How to Handle Difficult Business Conversations Without Losing Your Sanity

Photo by Michał Parzuchowski on Unsplash

Difficult business conversations are bound to happen in any workplace whether it is with employees, clients, investors, lenders or vendors. These conversations may arise from many scenarios such as when you are addressing difficult someone with a problematic personality, or when negotiating a promotion. Other times like when a colleague has delayed a needed report, missed a deadline, or when you have to tell an employee that their job is at risk of being terminated.

Difficult business conversations are associated with intense and complex emotions, unforeseen reactions, vulnerability and fear of losing control of the parties involved. No business owner loves to deal with these kinds of conversations, and as a result, most of them tend to delay their intervention in the hopes that the issue will disappear. Avoiding handling these difficult conversations only leads to poor performance of the individuals involved and might result in low turnover to the broader organization in the long run.

Having these types of talks is something that everyone dreads, but unfortunately, they need to be dealt with at the earliest stage possible. Like in the gym, if you want to have a perfect appearance, you have to work hard. This article outlines 5 ways of maximizing your ability to handle difficult business conversations;

1. Prepare yourself and the other person for the discussion

Determine why the conversation must take place and knowing what you wish to achieve at the end. Having a purpose and a goal for the talk helps you to focus on what the issue is, have the facts at hand and to put any other irrelevant conversations at bay. Write down these problems, topics and relevant information you wish to raise during the discussion because you can forget them or raise unplanned issues if the meeting gets heated. When you are ready for the conversation, it is crucial that you also hint the general idea of the impending exchange to the other party so that they can prepare themselves in advance too.

2. Be unbiased and focus on the facts

Since difficult conversations arouse complex emotions, it is challenging to remain objective when having them. Your feelings about the situation, how to start it or the attitude you have towards the employees involved shouldn’t be a barrier for you to act professionally or put your needs above the organization’s goals. Do not let your personal biases or prejudice cloud your judgment. Try to remain positive amid the uncomfortable conversation, and you will be able to deal with the situation professionally. Take a deep breath to calm yourself to put your emotions off the table and base your facts on the presented evidence. Ensure that you keep an open-mind while handling the situation. You may even question your beliefs and assumptions at some point to remain objective on the issue.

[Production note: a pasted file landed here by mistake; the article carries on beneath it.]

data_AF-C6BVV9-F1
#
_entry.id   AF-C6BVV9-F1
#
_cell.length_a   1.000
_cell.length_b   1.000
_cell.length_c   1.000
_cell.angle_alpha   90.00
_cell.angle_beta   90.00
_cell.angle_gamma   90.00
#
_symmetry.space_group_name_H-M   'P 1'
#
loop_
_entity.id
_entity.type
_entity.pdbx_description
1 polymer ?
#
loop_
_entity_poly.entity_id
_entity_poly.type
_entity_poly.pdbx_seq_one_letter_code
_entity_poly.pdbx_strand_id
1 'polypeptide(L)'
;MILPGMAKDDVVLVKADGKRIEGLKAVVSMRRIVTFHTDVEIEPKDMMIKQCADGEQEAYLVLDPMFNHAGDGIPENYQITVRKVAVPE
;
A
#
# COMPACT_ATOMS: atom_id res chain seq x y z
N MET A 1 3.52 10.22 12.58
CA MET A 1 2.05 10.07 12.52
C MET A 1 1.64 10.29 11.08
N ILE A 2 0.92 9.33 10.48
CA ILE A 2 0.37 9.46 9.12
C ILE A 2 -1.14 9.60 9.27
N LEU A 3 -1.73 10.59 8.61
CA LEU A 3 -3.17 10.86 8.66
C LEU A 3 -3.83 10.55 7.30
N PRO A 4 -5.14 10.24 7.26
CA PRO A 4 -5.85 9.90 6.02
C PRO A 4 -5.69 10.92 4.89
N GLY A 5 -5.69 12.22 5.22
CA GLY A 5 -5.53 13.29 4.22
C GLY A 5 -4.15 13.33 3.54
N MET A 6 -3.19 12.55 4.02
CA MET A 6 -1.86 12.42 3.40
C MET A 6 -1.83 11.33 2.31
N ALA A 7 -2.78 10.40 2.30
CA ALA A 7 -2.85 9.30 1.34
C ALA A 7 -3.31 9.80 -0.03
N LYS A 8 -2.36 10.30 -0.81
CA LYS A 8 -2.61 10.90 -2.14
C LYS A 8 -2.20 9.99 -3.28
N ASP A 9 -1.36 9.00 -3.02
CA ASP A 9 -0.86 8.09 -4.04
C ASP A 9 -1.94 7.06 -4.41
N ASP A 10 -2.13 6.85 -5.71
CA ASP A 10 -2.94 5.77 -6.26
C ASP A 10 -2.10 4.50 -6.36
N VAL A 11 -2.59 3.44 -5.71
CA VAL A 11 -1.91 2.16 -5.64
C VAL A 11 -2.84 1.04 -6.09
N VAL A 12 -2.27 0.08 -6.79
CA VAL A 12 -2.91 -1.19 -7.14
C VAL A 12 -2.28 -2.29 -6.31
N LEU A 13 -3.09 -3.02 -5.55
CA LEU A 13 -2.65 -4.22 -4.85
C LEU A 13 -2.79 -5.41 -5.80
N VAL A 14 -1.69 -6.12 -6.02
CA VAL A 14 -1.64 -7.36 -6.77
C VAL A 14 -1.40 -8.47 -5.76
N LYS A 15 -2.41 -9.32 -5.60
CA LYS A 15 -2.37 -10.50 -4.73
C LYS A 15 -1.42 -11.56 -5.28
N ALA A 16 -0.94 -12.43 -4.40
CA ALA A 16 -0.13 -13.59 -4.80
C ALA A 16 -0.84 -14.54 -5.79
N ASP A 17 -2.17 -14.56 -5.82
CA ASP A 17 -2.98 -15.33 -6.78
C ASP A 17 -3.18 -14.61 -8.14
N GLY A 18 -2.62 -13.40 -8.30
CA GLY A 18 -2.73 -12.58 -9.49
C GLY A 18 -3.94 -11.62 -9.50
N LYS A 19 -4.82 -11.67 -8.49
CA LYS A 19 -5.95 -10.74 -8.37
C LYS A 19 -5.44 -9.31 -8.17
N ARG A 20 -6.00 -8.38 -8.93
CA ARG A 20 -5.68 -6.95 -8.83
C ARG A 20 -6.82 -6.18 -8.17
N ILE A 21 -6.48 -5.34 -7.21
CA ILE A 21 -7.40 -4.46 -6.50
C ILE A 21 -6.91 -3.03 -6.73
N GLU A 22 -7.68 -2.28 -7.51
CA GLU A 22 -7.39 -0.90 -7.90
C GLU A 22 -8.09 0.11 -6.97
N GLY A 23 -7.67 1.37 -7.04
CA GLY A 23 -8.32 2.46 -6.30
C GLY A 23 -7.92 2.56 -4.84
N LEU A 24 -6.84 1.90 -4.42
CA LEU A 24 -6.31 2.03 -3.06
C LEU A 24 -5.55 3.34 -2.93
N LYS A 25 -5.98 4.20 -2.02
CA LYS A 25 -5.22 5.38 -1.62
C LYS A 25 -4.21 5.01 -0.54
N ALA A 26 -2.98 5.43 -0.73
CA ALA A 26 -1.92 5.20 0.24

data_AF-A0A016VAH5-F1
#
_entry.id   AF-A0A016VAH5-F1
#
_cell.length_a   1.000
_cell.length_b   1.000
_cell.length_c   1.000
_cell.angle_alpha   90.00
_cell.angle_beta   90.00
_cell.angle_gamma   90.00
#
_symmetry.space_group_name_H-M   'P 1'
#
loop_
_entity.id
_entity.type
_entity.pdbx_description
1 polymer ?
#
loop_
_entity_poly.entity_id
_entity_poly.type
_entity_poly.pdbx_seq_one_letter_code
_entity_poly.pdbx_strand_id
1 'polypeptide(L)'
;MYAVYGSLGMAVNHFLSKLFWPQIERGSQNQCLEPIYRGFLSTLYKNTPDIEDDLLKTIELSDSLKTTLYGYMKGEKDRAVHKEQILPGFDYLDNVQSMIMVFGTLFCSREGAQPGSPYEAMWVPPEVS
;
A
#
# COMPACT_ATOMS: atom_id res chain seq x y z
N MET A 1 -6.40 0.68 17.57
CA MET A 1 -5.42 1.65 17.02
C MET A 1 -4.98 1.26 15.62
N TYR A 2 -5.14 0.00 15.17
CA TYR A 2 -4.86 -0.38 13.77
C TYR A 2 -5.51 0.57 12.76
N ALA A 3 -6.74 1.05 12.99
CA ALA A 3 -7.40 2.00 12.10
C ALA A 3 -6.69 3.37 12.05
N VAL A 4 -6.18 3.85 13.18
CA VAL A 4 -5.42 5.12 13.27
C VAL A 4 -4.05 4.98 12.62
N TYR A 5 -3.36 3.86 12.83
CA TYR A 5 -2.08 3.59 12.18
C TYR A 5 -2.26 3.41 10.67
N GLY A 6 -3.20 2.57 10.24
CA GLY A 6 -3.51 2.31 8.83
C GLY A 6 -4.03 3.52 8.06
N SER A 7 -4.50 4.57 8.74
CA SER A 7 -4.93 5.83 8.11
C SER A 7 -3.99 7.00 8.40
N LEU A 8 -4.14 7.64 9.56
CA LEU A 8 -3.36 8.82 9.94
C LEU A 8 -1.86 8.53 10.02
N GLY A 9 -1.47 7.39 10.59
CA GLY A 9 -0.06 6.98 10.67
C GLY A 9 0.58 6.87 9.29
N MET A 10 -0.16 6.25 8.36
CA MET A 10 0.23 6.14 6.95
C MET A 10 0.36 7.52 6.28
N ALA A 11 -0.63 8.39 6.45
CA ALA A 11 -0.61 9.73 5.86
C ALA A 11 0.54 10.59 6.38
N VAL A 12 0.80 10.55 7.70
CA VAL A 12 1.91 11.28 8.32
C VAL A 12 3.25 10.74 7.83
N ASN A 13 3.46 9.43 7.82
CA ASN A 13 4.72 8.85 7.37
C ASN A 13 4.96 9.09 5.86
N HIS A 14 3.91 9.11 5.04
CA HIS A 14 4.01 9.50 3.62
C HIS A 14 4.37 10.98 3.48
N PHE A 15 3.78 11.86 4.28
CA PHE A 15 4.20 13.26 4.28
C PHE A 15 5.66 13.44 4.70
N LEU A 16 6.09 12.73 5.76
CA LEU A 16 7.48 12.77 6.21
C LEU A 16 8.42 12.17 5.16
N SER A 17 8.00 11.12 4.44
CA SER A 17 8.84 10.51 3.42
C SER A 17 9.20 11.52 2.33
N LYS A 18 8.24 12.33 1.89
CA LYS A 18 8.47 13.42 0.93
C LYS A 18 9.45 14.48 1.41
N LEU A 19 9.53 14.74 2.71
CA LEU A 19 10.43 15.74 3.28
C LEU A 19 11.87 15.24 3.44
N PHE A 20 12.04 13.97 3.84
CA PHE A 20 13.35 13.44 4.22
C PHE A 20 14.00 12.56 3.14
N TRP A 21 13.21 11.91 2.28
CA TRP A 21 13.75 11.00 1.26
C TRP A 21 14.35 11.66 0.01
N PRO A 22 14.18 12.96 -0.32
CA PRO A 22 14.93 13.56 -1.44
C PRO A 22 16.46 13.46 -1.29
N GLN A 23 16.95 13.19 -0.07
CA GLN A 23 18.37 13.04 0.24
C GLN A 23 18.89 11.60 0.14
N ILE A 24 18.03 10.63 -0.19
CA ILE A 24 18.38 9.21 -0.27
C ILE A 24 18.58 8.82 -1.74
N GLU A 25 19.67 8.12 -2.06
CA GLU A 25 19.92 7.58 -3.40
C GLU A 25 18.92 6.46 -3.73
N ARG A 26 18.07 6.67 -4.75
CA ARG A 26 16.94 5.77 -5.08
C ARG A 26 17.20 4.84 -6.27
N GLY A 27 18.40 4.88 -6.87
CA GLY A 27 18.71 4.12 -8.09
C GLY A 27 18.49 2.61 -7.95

3. Listen to the other party

When you have opened up the conversation, diffuse tension by presenting the matter clearly, letting the other party know that they will have time to express their side of the story and your desire to solve the case. Listen actively to their viewpoint. Do not interrupt them. If they say something that catches you by surprise, take time to reflect. Communicate your views with generosity, respect, integrity, and truth. You can ask them questions so that you can understand their point of view better.

4. Take care of the reactions

It is not unexpected for the other person to feel angry or upset about the outcome of the discussion. The important thing is to handle the person with care during that situation. Put yourself in their shoes and figure out what you would want to hear if you are in the same position. Do not tell them that their actions are silly, irrational or dramatic but instead be compassionate. Show empathy and give the person a break to compose themselves.

5. Find a solution and maintain a follow-up

At this point, you have shared all the information and expressed your opinions. It is time to be constructive and come up with actionable and amicable solutions. You shouldn’t coerce the other person to accept your decision or point of view, and instead, you should find a middle ground where a solution will be fair for all the involved parties and agree on what needs to change. It is also advisable to maintain a follow up even after the conversation is over to ensure the outcome was fair to the individual and they are taking actions to change.


Ability to handle difficult business conversations is essential for any business owner or manager. It is not an easy thing, but with practice, it becomes much less difficult to master it. Arrange a face to face meeting as soon as possible and confront the situation with empathy and in a constructive way so that you can attain a win-win solution.